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. >>> investors are bracing for the final eurozone bond sale of the year. italy will sell up to 6 billion later today. >> and the yen has been sent lower and stocks to their highest level in 21 months. >>> this is the final "worldwide exchange" from london of the year. louisa is here for it. >> i can't believe it. it's my last working day of the year, as well. >> is it? >> yes. >> unfortunately we'll still be talking about the same thing we're talking about now. >> although i feel we'll be talking more debt ceiling, as well. >> and speaking of which, president obama is trying a last ditch effort to restart budget talks days before the u.s. goes over the fiscal cliff. speaker john boehner has called the house back into session sunday evening. house majority leader eric cantor is telling his members to be prepared to work through january 2nd. both sides are still far apart on taxes and spending cuts. harry reid says prospect deals by monday are unlikely. minority leader mitch mcconnell says there's still time for an agreement. >> republicans aren't likely to sign a blank check just because we fin
's available to lead italy. he'll run for office in the upcoming election, but only for a party willing to push his agenda. >>> but he has competition in the form of sylvia berlusconi. he tells cnbc he feels a responsibility to run. >> feel the need to return to the political arena to prevent the country from being delivered into the hands of a leftist party. >> and the crowds are out, the stores are ringing up those sales, but u.s. shoppers may be running low on holiday spirit. and analysts say that they're spending less, as well. hi, everybody. welcome. merry christmas out there. thank you for joining us here on the show. what we're looking at today, we've got slightly quiet markets ahead of the u.s. open. what we're seeing, though, that all the markets are being called lower across the board stateside. the dow is being called a bit lower, nasdaq is being called a bit lower and the s&p 500 being called down by a bybit, as well. we saw markets coming off on friday stateside. pretty significant drops, as well, given that we now seem to be a clashing of heads between the republicans and the demo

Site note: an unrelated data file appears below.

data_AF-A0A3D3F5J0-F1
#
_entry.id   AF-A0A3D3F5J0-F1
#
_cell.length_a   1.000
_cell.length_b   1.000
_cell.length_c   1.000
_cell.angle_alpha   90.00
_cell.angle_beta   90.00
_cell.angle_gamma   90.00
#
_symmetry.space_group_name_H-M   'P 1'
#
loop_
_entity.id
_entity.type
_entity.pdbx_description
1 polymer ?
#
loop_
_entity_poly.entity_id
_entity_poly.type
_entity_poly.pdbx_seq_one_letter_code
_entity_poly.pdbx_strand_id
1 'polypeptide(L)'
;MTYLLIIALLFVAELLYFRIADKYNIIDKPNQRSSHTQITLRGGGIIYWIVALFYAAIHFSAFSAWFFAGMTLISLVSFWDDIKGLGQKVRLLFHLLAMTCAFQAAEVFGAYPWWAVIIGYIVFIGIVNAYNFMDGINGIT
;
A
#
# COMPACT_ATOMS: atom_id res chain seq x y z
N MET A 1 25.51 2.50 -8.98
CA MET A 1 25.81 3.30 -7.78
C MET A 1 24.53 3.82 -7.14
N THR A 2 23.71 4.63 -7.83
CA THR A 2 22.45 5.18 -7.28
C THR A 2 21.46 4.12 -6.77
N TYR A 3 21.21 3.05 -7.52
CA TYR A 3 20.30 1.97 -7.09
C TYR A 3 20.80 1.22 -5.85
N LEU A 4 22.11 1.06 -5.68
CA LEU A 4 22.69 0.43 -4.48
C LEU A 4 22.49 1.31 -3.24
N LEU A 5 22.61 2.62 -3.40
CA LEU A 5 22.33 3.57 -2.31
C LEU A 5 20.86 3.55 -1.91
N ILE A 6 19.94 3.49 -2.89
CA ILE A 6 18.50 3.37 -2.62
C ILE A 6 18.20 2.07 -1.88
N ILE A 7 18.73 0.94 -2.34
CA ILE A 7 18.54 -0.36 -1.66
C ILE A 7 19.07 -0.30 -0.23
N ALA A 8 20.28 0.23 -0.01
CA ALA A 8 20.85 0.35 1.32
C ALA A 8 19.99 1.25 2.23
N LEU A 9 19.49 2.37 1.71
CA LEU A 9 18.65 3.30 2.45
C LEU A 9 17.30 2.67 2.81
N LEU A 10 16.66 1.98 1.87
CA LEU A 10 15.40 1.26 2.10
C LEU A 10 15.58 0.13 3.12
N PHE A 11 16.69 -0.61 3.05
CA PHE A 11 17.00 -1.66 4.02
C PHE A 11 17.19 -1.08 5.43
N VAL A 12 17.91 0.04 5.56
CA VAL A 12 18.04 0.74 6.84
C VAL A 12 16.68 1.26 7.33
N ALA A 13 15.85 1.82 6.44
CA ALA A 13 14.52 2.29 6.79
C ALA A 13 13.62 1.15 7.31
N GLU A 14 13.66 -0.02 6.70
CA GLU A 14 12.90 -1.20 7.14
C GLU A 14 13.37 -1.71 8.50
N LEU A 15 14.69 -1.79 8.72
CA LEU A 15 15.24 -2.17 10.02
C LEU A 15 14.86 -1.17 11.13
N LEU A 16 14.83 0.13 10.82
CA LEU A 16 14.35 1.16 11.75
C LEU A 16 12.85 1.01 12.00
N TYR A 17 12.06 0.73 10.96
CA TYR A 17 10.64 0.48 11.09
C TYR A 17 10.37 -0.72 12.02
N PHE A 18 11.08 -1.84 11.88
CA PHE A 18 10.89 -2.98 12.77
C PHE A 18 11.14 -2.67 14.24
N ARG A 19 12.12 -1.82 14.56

. for example, on industrial orders and sales in italy, orders flat on the month, down .2 on the month for sales and down nearly 5% on the year. so confirming some of the weakness that we know we've seen previously in the italian economy. meanwhile, another gauge perhaps for the euro as we look to the strength of it lately. that's the current counselor plus which in october was an adjusted 3.9 billion euros, up quite a bit from the 2.5 billion reported for september. now that also comes after -- a day after the european union's report suggesting that in fact the european union would have to run a surplus, given its poor demographics over the next couple of years. now let's get a quick preview of the news. for that we head to patricia, awaiting the results. what do we expect to see? >> reporter: we're expecting the second consecutive month to the upside for the business sentiment next year in germany. november was a surprise after six months to the downside. we expect december to book in a little increase again, but important is here, not only the expectation part of the index but also that we ge
secretary general could get heated. >>> italy likely to see a strong uptai uptake thanks to supply reductions before year end. >>> and let's twist again. the fed set to announce a fresh around of bond purchases to match the outgoing twist program at the end of the year. >>> the international community blasts north korea after it successfully launches a long-range rocket, prompting an emergency u.n. security council meeting. >>> all right. a very good morning to you. we are going to be on to opec later. we've got the latest i.a. data out this morning. they're saying global oil demand projected around 90.5 million barrels a day. more than forecast. they say non-opec production bouncing back. an something bit. they're saying opec crude supply inched up in november led by higher output from saudi arabia. >> i think we'll have to call this today the case of the two oil reports. we have the opec report that they put out ahead of the meeting showing different figures from what the iea is saying. >> they're saying saudi arabia figures saying we produce less. now the i.a. saying they produc